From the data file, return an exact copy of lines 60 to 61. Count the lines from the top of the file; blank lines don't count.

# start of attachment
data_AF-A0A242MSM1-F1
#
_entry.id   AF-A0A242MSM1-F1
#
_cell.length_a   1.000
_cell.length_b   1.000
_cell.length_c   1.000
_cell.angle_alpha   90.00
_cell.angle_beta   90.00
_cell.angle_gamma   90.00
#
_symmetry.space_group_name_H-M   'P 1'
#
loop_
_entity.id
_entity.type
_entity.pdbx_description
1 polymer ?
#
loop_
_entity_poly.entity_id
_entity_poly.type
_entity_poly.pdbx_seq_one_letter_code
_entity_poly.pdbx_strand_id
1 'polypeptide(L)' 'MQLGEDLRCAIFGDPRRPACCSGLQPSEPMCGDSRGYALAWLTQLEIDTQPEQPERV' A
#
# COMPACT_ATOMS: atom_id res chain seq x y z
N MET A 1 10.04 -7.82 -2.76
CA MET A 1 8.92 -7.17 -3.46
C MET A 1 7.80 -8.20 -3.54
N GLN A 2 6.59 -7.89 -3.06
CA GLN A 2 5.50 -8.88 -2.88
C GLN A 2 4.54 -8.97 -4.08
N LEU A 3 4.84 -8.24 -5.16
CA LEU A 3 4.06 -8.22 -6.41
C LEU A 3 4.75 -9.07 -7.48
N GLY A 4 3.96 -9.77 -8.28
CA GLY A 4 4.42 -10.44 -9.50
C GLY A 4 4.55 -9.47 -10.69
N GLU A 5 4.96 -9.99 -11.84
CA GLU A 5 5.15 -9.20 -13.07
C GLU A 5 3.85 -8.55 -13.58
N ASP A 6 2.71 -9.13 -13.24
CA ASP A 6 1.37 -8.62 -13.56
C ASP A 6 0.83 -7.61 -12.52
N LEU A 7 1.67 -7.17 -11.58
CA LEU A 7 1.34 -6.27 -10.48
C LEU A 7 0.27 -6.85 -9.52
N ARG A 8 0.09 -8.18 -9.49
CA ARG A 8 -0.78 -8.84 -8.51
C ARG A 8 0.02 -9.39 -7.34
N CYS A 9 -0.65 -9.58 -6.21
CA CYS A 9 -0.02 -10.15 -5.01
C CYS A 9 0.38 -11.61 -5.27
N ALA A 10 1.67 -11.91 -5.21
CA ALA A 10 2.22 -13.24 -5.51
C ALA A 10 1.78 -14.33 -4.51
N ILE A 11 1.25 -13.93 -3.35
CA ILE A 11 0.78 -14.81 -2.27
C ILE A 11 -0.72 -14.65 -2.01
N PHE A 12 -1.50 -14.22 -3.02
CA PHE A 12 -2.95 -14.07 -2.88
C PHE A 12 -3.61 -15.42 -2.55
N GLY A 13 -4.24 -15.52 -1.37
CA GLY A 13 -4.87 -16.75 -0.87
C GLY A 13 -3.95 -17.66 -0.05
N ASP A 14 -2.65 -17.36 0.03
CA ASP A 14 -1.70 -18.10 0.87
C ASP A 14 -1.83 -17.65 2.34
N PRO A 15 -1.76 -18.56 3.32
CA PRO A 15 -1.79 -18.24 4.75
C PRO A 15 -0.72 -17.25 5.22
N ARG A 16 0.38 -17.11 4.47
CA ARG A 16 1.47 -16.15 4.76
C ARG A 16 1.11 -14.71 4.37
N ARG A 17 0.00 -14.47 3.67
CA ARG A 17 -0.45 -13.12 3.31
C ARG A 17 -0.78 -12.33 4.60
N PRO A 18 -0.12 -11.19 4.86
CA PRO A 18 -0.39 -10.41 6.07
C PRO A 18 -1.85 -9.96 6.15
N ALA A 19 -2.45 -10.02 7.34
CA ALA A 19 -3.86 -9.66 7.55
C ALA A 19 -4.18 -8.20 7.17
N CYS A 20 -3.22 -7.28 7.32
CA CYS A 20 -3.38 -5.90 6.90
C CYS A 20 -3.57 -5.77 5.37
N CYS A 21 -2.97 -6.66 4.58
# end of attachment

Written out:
C ILE A 11 -0.72 -14.65 -2.01
N PHE A 12 -1.50 -14.22 -3.02